Spring Update: After spending most of the spring in minor league camp refining his baseball skills and gaining much-needed experience, Buxton made his highly anticipated Grapefruit League debut on Wednesday, going 1-for-4 with three runs scored, a walk and two stolen bases. Albeit one game, all of Buxton’s elite tools were on display in the contest, as he demonstrated exactly why he possesses one of the highest ceilings of all prospects.

    Even though he’ll open the 2013 season in Low-A, the Twins will presumably ease the 19-year-old outfielder through their farm system with an emphasis on development rather than results.

    2013 Opening Day Level: Low-A

26. Aaron Sanchez, RHP, Toronto Blue Jays

26 of 51

    Position: RHP

    DOB: 7/1/1992 (Age: 20)

    Height/Weight: 6’4”, 190

    Bats/Throws: R/R

    Drafted/Signed: First round, 2010 (Barstow HS, Calif.)

    ETA: 2015

    2012 Stats

     

    Overview: A first-round draft pick in 2010, the Blue Jays finally turned Aaron Sanchez loose this last season at Low-A Lansing, where he registered a 2.49 ERA with 97/51 K/BB in 90.1 innings. Although his overall command was understandably raw, the right-hander showcased outstanding stuff with the ability to consistently evade bats.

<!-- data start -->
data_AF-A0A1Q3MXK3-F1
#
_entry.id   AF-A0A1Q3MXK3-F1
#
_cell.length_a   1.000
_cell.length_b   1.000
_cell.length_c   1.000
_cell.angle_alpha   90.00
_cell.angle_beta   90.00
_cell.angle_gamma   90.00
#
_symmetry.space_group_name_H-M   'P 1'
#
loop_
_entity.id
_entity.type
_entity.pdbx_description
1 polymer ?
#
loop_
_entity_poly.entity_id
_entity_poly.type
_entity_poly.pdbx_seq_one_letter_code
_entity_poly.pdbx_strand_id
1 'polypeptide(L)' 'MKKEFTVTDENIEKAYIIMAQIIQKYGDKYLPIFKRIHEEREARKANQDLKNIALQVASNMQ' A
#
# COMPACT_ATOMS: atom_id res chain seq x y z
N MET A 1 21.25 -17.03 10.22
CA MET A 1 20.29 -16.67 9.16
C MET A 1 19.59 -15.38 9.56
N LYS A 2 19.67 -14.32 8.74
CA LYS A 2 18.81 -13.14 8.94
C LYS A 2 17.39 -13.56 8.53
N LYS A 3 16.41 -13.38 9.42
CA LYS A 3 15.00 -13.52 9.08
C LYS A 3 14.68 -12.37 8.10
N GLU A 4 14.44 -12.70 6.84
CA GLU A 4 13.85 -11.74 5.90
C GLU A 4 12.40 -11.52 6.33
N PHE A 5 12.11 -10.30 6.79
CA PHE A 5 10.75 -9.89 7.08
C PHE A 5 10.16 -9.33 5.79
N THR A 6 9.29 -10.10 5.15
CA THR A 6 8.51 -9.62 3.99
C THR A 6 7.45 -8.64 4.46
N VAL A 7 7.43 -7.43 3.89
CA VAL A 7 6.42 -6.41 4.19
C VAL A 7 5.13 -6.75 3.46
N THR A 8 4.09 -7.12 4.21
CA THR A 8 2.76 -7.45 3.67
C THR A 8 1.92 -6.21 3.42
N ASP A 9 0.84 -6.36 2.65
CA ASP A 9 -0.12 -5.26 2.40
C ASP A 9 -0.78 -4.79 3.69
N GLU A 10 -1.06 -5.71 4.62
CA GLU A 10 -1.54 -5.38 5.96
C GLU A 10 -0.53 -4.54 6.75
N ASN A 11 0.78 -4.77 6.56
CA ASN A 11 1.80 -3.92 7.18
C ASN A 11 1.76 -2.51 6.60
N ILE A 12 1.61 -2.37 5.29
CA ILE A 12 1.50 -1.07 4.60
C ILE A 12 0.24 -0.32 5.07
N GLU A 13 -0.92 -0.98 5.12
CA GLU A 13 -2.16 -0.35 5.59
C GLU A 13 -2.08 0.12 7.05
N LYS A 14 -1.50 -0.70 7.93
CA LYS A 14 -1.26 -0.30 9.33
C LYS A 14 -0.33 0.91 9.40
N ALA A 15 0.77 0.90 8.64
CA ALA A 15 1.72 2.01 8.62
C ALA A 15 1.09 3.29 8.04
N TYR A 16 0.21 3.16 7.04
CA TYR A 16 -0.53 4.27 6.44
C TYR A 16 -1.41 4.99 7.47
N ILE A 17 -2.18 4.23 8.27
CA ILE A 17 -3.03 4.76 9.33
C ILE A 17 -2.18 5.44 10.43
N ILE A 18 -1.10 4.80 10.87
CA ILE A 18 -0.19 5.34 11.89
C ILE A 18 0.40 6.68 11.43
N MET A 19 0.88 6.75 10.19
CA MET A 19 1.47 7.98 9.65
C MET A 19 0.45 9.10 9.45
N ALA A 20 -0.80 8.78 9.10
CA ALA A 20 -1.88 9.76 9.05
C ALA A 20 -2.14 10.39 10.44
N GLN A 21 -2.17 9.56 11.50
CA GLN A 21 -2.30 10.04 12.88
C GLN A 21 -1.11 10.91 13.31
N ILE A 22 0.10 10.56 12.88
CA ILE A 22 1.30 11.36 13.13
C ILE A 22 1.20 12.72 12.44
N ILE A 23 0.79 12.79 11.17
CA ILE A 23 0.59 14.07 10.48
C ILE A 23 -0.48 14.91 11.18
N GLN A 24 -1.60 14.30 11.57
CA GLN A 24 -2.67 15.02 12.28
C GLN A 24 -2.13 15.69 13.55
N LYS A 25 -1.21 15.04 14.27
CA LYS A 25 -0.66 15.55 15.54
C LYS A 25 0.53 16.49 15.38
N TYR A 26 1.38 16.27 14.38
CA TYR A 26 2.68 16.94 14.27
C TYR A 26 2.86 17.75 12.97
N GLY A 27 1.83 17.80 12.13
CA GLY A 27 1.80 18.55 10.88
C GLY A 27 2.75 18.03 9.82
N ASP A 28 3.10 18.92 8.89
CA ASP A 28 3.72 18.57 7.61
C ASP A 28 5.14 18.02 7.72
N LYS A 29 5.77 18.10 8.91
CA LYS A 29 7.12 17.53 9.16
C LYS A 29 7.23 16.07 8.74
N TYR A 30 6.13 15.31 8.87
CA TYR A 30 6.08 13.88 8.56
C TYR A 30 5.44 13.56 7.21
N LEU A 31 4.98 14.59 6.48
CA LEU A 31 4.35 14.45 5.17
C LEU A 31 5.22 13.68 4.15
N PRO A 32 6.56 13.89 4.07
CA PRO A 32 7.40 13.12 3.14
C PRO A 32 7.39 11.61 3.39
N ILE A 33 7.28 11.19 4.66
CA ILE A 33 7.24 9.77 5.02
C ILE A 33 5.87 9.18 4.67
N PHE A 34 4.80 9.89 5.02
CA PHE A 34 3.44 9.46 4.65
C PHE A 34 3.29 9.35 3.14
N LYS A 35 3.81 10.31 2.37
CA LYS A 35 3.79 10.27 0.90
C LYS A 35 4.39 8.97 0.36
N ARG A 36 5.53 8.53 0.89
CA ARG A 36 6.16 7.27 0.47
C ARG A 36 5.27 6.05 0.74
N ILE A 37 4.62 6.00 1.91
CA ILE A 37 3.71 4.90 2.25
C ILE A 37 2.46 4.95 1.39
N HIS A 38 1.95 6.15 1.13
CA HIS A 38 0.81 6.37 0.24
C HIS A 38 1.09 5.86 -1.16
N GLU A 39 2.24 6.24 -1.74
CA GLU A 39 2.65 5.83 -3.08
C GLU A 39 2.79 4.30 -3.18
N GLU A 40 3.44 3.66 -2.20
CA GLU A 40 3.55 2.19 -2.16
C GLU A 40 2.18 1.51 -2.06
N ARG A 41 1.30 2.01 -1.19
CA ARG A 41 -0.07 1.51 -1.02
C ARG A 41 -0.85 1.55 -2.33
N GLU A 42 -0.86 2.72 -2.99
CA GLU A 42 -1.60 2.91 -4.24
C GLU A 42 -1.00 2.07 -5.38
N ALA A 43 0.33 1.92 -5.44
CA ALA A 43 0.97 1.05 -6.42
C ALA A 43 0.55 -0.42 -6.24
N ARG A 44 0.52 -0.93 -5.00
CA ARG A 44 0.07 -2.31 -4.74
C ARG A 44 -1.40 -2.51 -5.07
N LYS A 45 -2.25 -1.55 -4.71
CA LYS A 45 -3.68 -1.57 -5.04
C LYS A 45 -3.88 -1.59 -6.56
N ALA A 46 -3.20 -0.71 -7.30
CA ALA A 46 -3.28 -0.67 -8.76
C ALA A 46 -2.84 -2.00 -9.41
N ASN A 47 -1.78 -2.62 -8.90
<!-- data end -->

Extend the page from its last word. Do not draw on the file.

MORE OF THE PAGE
Mechanics/Delivery: Highly athletic and projectable 6’4” frame; will add more strength; effortless and fluid delivery with a quick arm; clean arm action; effortless delivery; still learning how to repeat arm slot with consistency; can overthrow at times; doesn’t always finish; pushes pitches to the arm side; timing can be inconsistent; occasionally leads to an arm drag.

    Arsenal/Control: Pure stuff is excellent and sets him apart from most pitching prospects; fastball registers at an easy 94-98 mph and explodes out of his hand; one of the best in the minors; plus curveball has tight spin and sharp downer break; showed an improved feel for it this past season; changeup has some nice fade and is a viable third pitch; both secondary pitches are raw; will need to refine command as he begins to move up the ladder.

    Spring Update: Sanchez has spent the entire spring in minor league camp working on his fastball command and the development of his changeup. The right-hander will move up a level to High-A in 2013 and could conceivably dominate opposing hitters in the pitcher-friendly Florida State League.